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Go with the Floe: How the Ice Ages Stopped Nature Cold
Despite the record-setting winter storm temperatures we faced last week, it’s still hard to imagine the harsh conditions of an ice age, which has the potential to last hundreds of millions of years. Hope you packed your long johns.
Contrary to popular belief, there have been numerous ice ages, although only one received a movie franchise featuring Ray Romano as a woolly mammoth. Scientists have recorded five significant ice ages throughout the history of the world:
- Huronian, roughly 2.4 – 2.1 billion years ago
- Cryogenian, roughly 850 – 635 million years ago
- Andean-Saharan, roughly 460 – 430 million years ago
- Karoo, roughly 360 – 260 million years ago
- Quaternary, roughly 2.6 million years ago – present
That’s right. We are currently living through the quaternary glaciation ice age. There’s a fun fact to share at the dinner table tonight. Currently, we are in a warm interglacial period, or a period of milder climate, that began about 11,000 years ago. The last period of glaciation (what we commonly think of when we think of “THE Ice Age”) occurred about 20,000 years ago.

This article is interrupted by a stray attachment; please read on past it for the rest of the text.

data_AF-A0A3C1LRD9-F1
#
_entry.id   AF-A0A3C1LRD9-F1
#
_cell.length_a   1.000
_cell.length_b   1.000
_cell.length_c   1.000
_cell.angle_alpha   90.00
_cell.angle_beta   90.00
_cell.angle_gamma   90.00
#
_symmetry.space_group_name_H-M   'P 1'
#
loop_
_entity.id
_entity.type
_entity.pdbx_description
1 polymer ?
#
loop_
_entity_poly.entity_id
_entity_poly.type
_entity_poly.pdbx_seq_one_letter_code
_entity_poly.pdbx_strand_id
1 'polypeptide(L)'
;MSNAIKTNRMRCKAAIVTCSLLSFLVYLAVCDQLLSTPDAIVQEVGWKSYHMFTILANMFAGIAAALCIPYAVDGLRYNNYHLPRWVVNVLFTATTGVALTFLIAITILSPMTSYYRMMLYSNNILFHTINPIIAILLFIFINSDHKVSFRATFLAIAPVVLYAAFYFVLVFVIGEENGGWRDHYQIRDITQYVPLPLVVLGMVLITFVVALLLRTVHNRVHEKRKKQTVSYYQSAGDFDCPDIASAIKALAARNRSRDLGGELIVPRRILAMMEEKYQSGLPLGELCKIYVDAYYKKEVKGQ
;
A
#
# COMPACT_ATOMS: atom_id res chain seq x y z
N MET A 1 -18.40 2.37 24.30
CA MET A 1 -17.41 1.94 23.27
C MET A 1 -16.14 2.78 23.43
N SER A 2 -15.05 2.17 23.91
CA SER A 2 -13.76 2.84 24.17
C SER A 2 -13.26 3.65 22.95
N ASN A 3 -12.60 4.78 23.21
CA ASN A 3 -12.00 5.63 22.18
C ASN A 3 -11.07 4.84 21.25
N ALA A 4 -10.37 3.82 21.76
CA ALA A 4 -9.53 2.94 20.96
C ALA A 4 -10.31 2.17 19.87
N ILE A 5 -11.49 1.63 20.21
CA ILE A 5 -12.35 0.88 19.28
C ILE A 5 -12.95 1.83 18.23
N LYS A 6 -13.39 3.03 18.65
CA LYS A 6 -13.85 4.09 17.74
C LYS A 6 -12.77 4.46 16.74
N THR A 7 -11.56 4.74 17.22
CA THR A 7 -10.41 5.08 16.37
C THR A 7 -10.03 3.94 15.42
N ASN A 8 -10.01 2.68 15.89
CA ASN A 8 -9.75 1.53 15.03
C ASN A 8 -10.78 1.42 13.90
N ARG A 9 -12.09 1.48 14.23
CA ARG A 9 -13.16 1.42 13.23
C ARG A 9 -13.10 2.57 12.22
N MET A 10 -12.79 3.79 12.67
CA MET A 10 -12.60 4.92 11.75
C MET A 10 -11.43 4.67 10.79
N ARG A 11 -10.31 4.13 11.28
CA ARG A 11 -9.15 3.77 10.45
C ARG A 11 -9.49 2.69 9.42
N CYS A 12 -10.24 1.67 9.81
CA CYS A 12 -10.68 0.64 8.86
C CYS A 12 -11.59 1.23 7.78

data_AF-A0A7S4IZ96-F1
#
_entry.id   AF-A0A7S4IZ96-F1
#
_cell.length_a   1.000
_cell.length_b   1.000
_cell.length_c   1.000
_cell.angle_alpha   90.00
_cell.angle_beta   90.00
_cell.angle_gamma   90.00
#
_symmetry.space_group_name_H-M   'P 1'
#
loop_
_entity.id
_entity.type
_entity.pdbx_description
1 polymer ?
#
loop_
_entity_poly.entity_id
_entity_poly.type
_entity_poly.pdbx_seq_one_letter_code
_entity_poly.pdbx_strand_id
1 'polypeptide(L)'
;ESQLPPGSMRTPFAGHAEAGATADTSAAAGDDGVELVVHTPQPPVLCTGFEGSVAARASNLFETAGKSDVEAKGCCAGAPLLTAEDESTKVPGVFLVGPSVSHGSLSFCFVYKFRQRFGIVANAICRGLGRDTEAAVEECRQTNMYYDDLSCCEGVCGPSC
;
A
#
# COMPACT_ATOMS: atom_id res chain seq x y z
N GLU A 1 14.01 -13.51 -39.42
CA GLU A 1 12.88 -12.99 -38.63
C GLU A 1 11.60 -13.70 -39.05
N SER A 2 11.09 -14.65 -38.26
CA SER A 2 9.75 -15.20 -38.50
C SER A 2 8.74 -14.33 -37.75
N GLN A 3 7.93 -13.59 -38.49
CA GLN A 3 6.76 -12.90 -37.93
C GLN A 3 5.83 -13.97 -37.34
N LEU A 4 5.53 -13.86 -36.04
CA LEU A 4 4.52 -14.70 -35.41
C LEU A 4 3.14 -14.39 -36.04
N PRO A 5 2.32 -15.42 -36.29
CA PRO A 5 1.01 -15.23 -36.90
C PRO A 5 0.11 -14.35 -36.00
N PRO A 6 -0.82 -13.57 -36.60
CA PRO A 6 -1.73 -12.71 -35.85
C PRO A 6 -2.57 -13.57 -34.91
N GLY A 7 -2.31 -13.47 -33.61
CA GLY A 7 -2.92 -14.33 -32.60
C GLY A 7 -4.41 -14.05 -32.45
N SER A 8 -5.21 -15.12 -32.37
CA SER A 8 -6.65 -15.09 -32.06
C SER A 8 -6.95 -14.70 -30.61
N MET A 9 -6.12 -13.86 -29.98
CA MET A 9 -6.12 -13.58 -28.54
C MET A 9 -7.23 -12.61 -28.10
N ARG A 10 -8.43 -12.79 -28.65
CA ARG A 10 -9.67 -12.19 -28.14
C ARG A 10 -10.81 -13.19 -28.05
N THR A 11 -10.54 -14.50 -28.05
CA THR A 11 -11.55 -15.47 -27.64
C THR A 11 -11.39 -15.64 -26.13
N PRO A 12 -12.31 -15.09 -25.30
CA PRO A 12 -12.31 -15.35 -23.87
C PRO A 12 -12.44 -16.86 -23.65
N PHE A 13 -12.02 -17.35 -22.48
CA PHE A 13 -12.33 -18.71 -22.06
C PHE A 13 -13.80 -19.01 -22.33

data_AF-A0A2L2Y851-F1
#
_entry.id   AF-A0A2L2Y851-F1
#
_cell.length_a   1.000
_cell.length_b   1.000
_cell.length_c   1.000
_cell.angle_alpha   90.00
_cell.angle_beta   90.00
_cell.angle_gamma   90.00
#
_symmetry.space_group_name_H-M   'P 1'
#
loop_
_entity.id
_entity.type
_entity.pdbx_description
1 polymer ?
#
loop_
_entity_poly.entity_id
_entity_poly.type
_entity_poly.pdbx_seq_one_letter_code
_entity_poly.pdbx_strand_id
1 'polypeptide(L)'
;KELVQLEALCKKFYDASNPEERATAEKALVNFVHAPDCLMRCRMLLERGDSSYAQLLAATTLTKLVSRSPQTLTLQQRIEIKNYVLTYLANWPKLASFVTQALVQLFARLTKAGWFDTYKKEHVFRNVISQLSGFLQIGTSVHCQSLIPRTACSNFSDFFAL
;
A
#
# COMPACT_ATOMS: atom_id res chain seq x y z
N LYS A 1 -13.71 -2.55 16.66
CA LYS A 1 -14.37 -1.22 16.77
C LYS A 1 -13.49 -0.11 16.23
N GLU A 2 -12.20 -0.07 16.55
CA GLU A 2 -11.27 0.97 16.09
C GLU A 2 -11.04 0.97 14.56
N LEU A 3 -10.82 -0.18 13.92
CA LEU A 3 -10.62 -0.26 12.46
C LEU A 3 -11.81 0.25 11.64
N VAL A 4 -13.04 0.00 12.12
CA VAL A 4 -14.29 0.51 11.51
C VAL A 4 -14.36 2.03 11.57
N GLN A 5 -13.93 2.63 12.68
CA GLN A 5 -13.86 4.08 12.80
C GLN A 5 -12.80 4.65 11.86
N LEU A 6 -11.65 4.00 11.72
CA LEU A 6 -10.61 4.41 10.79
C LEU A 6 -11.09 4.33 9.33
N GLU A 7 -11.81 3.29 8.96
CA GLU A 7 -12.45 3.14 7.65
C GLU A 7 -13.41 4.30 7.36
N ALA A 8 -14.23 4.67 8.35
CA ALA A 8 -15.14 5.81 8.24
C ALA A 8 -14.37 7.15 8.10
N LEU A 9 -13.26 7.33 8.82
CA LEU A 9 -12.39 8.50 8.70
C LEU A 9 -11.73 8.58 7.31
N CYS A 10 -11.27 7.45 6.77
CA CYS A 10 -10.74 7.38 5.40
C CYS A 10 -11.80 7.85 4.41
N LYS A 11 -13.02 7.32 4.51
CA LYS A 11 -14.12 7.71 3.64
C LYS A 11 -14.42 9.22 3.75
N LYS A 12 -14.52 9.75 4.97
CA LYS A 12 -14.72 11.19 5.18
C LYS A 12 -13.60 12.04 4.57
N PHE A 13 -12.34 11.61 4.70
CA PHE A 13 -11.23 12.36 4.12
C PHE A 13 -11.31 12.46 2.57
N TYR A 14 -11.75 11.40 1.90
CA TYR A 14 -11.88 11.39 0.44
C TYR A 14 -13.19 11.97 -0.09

To go beyond the obvious – duh, it’s a lot of ice – an ice age is a period of colder global temperatures spurred by the variations in the Earth’s orbit and shifting plate tectonics. Due to these changes, Earth’s surface undergoes enormous changes (that last like, forever) with large glaciers covering and reshaping the landscape, eroding hills and forcibly causing depressions in the Earth’s crust due to their weight.
At the height of the most recent ice age, ice glaciers grew to be over 12,000-feet thick, which is about the length of the National Mall in Washington, D.C. And we thought having a frosted windshield in the morning was an inconvenience.
Ice ages also brought the extinction of some of the most impressive species in history, most of which belonged to the megafauna group of animals, or large animals. Commonly known species include the mammoth, the saber-toothed tiger and the megalodon shark, the thought of which will make you think twice about your next dip in the ocean.
A likely cause of large mammal extinction during this time period is hunting, as humans were continuing to develop new hunting methods and tools such as the atlatl, which enabled you to catapult a spear at a higher velocity over a long distance. Another theory for these species’ extinction is that, due their size paired with the drastic climate change, large animals simply could not adapt quick enough and fell to disease. The saying must be true, “The bigger they are, the harder they fall.”
Meanwhile, humans adapted to the harsh climate by inventing new tools to sew warm clothing, and they were able to spread to new regions using natural land bridges. By the start of the warmer interglacial period, humans were able to create new agricultural and domestication techniques, ushering in a new era of Homo sapiens development.
Oh, how far we’ve come.